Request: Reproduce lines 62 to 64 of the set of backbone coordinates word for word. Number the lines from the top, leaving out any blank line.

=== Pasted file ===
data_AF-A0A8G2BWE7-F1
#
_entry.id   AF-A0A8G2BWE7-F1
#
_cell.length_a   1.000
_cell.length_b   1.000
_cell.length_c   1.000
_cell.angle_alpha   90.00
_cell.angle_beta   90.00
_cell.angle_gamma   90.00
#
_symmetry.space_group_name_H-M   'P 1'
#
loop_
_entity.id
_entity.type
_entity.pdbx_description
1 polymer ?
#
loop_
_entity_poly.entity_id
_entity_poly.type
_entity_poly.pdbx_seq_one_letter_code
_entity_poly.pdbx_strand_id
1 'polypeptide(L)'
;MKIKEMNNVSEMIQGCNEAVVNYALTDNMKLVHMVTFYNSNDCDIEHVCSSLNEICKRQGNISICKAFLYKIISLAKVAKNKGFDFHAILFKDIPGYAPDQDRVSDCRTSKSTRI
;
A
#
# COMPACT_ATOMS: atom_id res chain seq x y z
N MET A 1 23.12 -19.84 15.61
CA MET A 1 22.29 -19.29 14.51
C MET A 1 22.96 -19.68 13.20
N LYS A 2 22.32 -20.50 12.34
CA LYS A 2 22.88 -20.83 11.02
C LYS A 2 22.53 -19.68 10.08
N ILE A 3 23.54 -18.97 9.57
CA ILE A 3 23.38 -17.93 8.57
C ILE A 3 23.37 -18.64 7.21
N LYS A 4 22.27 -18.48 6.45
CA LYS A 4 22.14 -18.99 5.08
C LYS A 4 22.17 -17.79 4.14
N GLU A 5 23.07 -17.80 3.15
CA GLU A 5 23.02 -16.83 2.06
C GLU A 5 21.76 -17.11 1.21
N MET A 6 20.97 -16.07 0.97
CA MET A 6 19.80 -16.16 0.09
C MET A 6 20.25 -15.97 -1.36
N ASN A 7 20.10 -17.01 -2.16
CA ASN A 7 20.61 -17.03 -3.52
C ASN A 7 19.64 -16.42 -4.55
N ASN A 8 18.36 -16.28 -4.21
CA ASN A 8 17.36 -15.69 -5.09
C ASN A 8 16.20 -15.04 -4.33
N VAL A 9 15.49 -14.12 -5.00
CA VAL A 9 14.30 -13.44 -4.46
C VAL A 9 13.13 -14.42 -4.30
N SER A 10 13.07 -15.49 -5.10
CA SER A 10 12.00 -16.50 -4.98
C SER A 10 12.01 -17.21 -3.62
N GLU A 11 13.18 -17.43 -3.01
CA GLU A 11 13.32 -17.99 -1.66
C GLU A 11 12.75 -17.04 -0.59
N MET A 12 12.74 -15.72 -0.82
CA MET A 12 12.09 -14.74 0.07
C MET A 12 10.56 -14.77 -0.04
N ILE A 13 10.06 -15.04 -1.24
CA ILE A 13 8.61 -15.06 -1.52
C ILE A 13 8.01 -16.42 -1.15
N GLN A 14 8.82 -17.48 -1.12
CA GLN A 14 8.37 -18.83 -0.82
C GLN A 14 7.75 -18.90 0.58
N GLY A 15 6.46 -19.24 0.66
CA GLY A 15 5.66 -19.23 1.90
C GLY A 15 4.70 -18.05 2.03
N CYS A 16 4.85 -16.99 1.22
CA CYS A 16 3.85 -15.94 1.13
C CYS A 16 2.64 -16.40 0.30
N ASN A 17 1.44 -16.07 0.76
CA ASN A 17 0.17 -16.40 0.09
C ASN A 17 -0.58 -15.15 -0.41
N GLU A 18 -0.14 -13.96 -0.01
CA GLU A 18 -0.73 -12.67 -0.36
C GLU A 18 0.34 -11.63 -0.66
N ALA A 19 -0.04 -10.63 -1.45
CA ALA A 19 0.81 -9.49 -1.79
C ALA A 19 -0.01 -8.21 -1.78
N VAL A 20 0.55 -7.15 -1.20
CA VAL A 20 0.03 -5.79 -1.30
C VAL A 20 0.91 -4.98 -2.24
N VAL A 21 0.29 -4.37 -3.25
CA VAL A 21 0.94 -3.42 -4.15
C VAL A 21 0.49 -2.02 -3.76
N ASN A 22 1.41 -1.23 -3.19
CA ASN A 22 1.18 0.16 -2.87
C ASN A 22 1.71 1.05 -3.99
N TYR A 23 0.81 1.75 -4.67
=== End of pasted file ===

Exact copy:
CA GLU A 11 13.32 -17.99 -1.66
C GLU A 11 12.75 -17.04 -0.59
N MET A 12 12.74 -15.72 -0.82